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Open Source Software: Reshaping Vendor Business Models

[NOTE: This research is the first of a two-part series of research looking at how open source software is having an impact on both end-user companies and vendors. Part I is Open Source Software: Enabling Enterprise IT Innovation.]

Premise: In the domain of cloud computing, there are two forces that are having a significant impact on the vendor landscape – public cloud computing and open source software. Wikibon has forecasted the public cloud vs. private cloud markets out through 2026, with roughly 33% of all IT spending moving to the public cloud. But what role will open source software play in shaping how IT vendors (hardware and software) bring technology to market and capture revenues from customers?

More and more enterprise IT organizations are making open source software a priority in their decision-making criteria for new infrastructure and application usage. This trend will have an impact on venture capital, startups, established IT vendors and cloud providers as they evolve their portfolio of offerings.

  • Venture Capital: Outside of Red Hat, most companies have struggled to profitably monetize a business that has open source software at the core. Recently, venture capitalists A16Z, Accel Partners, and Battery Ventures all either held events or have been openly speaking about the struggles of startup companies to monetize their open source software and communities. This challenge has been well defined in the book The Software Paradox, which is leading many startups to begin looking at adjacent SaaS offerings that can augment their core open source offering (e.g. Docker Cloud, Pivotal Web Services, Weave Scope).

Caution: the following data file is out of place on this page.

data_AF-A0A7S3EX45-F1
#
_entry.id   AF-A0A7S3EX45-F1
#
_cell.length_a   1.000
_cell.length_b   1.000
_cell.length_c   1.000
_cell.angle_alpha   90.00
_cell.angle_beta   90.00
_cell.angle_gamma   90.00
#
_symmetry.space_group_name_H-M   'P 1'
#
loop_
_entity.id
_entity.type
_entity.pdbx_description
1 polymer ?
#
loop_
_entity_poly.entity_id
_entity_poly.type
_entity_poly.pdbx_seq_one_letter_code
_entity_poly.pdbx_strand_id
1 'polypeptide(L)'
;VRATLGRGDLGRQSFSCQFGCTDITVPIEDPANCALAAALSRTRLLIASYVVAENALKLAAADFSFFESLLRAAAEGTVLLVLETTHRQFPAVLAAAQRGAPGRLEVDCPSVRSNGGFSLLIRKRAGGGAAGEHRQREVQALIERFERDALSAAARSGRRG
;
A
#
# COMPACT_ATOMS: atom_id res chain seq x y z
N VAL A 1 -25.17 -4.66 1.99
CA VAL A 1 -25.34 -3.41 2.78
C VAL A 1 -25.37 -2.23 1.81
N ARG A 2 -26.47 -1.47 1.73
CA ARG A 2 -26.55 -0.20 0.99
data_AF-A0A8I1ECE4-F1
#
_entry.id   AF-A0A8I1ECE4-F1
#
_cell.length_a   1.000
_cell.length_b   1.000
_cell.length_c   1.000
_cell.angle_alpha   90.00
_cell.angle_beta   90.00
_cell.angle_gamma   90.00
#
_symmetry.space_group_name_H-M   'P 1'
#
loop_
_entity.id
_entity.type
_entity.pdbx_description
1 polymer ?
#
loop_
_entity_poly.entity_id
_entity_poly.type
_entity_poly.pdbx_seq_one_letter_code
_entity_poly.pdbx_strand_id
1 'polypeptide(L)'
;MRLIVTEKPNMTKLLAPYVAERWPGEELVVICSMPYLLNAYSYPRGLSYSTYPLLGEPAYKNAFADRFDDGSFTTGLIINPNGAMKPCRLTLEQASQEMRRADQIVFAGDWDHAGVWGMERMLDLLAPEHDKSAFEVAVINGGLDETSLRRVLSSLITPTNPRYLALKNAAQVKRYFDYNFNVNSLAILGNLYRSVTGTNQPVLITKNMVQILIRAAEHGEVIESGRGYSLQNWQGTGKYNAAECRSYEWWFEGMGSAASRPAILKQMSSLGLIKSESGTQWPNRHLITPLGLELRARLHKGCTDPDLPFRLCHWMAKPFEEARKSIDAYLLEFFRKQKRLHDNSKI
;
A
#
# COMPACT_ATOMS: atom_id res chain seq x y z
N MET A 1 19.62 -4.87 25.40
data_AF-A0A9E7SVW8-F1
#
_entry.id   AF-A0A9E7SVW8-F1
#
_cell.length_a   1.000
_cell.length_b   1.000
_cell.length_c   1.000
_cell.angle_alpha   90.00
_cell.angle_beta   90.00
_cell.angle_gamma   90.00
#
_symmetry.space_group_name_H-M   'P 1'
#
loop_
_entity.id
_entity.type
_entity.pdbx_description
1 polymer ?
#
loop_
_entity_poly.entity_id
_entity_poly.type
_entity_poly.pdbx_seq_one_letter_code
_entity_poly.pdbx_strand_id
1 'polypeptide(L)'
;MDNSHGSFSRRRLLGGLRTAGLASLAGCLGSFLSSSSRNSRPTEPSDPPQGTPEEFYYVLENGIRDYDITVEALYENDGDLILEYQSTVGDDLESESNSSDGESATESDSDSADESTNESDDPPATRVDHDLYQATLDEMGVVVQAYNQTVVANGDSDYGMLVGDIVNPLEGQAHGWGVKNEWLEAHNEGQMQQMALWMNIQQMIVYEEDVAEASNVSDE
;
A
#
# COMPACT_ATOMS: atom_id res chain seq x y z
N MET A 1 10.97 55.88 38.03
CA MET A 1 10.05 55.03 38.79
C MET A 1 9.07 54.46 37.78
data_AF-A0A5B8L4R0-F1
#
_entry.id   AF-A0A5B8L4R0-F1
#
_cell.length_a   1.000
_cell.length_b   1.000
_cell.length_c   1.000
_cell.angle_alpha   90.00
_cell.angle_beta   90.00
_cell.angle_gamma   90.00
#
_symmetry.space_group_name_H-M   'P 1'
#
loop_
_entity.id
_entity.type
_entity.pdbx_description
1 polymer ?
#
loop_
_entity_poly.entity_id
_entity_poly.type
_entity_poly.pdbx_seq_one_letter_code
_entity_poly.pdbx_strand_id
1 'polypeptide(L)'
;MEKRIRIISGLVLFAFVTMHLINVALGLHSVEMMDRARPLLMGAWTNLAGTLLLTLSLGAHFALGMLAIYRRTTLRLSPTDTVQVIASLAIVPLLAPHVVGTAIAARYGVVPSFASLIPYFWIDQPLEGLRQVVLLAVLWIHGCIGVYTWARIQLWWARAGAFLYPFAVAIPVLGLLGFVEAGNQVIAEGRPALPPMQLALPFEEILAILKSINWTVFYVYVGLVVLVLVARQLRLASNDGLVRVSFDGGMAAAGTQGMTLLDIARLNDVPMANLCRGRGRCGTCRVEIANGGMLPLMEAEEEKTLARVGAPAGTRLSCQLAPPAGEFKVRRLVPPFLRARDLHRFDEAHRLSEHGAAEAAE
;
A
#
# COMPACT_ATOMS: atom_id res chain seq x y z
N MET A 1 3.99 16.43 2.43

• Startups: Over the past 2-3 years, several billion dollars of venture capital funding has been invested in open source centric companies (e.g. Apprenda ($20M), Chef ($40M), Cloudera ($900M), ClusterHQ ($12M), CoreOS ($28M), Docker ($113), Mesosphere ($74M), Pivotal ($253), Puppet Labs ($40M) , Rancher Labs ($20M), Sysdig ($15M), Weave ($16M)). As these types of companies move towards later rounds of funding, they must each determine a monetization model that is acceptable to customers, satisfies their investors, and will help them continue to attract engineering talent that is already in high demand.

  • Established IT Vendors: Many established IT vendors have been heavily involved with open source software for many years (e.g. Cisco, HPE, IBM, Intel, Red Hat, etc.) through direct contribution to projects such as Linux, Hadoop, and OpenStack. But their involvement was often not directly aligned to their business model, where proprietary hardware and software were the primary market offerings. These vendors are now facing pricing pressures as free open source software is the basis for increasing portions of the workloads running on or over their hardware, as well as new customer demand that software be made freely available to evaluate prior to any selection process.
  • Cloud Providers: The current cloud providers have all used open source software to scale out their global infrastructure footprint. Now they are offering a variety of services (e.g. DBaaS, Containers-as-a-Service, BigData-as-a-Service, etc.) that simplify how end-customers are able to consume these powerful, yet complex services for their business needs. In addition, many of the cloud providers are beginning to bring open source projects into the public domain (e.g. AWS DSSTNE, Google Tensorflow) and into open source foundations (e.g. Google Kubernetes).


Figure 1: Two Key Influencing Factors - Open Source and Public Cloud (Source: Wikibon, © 2016)
Figure 1: Two Key Influencing Factors – Open Source and Public Cloud (Source: Wikibon, © 2016)

Rethinking Open Source Centric Business Models

For many years, IT vendors attempted to become “the Red Hat of <insert new technology>” by using a technique called “open core”, where they would offer a free version of a popular open source project, but then charge customers for proprietary add-ons. This is a model that has been widely used in the big data (e.g. Hadoop) market. The drawback of this model is that it creates a level of uncertainty between the vendor and the project’s open source community, as it’s not always clear what functionality will eventually be free vs. for-fee.